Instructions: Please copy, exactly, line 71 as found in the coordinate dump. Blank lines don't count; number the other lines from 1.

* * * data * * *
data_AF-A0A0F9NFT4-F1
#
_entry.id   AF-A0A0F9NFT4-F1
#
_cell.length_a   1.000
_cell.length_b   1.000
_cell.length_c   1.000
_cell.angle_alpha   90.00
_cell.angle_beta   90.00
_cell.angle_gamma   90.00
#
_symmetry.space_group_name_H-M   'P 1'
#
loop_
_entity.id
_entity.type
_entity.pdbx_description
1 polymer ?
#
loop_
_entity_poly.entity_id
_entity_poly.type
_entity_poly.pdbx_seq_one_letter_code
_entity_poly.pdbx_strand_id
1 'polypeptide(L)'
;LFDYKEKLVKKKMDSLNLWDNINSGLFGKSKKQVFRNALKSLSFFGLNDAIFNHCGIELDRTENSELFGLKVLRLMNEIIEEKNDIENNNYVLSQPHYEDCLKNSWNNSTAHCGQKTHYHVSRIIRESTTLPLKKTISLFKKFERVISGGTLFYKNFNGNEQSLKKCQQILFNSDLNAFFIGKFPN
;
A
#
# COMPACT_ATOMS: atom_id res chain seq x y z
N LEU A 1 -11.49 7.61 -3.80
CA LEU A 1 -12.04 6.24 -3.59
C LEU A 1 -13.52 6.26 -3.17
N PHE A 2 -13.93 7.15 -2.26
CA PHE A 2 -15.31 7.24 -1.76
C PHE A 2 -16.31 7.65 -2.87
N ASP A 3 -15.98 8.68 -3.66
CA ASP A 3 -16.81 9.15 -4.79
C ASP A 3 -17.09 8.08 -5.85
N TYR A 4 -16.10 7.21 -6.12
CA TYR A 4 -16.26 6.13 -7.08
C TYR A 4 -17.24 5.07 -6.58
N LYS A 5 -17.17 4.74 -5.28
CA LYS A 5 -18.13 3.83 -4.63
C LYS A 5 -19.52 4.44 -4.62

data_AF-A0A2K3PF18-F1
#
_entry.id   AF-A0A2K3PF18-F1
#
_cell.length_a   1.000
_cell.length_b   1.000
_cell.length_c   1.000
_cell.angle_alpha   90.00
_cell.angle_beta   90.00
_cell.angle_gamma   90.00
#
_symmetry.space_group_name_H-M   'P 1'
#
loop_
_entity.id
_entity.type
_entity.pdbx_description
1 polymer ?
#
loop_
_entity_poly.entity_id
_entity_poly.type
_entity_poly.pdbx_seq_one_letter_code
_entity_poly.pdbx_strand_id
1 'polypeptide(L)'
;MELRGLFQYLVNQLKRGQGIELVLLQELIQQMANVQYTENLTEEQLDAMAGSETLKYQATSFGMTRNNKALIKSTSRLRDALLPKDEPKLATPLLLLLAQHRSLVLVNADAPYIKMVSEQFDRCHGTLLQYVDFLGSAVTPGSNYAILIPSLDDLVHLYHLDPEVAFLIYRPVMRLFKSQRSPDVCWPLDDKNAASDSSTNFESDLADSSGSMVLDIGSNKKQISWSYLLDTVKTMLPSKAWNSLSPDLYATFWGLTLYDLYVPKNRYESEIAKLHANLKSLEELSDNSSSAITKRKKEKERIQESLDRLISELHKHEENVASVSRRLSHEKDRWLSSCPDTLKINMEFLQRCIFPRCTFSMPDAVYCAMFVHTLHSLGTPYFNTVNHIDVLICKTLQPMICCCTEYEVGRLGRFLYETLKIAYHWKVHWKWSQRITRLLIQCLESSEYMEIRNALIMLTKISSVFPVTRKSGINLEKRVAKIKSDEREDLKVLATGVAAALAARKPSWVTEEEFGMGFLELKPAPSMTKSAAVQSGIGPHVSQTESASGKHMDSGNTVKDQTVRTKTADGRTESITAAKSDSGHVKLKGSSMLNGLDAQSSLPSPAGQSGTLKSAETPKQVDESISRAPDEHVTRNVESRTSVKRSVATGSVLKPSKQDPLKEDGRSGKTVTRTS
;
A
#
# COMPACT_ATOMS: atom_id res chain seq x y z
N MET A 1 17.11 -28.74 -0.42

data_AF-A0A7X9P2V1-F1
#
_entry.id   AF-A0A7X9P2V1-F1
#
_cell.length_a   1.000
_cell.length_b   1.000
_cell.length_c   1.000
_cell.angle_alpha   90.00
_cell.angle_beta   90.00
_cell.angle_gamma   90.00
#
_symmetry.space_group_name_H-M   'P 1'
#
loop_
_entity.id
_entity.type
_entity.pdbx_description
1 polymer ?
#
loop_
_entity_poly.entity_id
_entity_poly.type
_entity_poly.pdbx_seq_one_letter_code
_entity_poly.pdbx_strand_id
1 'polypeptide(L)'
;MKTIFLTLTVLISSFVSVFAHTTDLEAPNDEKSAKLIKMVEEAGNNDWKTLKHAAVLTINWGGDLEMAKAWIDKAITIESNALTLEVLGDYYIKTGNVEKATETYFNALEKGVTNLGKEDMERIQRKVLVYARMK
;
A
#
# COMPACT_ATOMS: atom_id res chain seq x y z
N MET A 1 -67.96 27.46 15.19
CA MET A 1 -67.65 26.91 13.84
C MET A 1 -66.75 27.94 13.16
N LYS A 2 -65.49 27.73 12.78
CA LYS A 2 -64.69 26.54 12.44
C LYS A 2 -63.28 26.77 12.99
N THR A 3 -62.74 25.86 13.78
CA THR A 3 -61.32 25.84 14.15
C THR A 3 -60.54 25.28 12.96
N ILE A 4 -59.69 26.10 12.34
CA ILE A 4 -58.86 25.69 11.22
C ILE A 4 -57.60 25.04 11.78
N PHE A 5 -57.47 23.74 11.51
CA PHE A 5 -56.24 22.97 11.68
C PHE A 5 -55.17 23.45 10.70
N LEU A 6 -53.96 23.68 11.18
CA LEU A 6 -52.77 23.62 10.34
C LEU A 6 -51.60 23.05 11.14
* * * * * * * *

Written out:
;MELRGLFQYLVNQLKRGQGIELVLLQELIQQMANVQYTENLTEEQLDAMAGSETLKYQATSFGMTRNNKALIKSTSRLRDALLPKDEPKLATPLLLLLAQHRSLVLVNADAPYIKMVSEQFDRCHGTLLQYVDFLGSAVTPGSNYAILIPSLDDLVHLYHLDPEVAFLIYRPVMRLFKSQRSPDVCWPLDDKNAASDSSTNFESDLADSSGSMVLDIGSNKKQISWSYLLDTVKTMLPSKAWNSLSPDLYATFWGLTLYDLYVPKNRYESEIAKLHANLKSLEELSDNSSSAITKRKKEKERIQESLDRLISELHKHEENVASVSRRLSHEKDRWLSSCPDTLKINMEFLQRCIFPRCTFSMPDAVYCAMFVHTLHSLGTPYFNTVNHIDVLICKTLQPMICCCTEYEVGRLGRFLYETLKIAYHWKVHWKWSQRITRLLIQCLESSEYMEIRNALIMLTKISSVFPVTRKSGINLEKRVAKIKSDEREDLKVLATGVAAALAARKPSWVTEEEFGMGFLELKPAPSMTKSAAVQSGIGPHVSQTESASGKHMDSGNTVKDQTVRTKTADGRTESITAAKSDSGHVKLKGSSMLNGLDAQSSLPSPAGQSGTLKSAETPKQVDESISRAPDEHVTRNVESRTSVKRSVATGSVLKPSKQDPLKEDGRSGKTVTRTS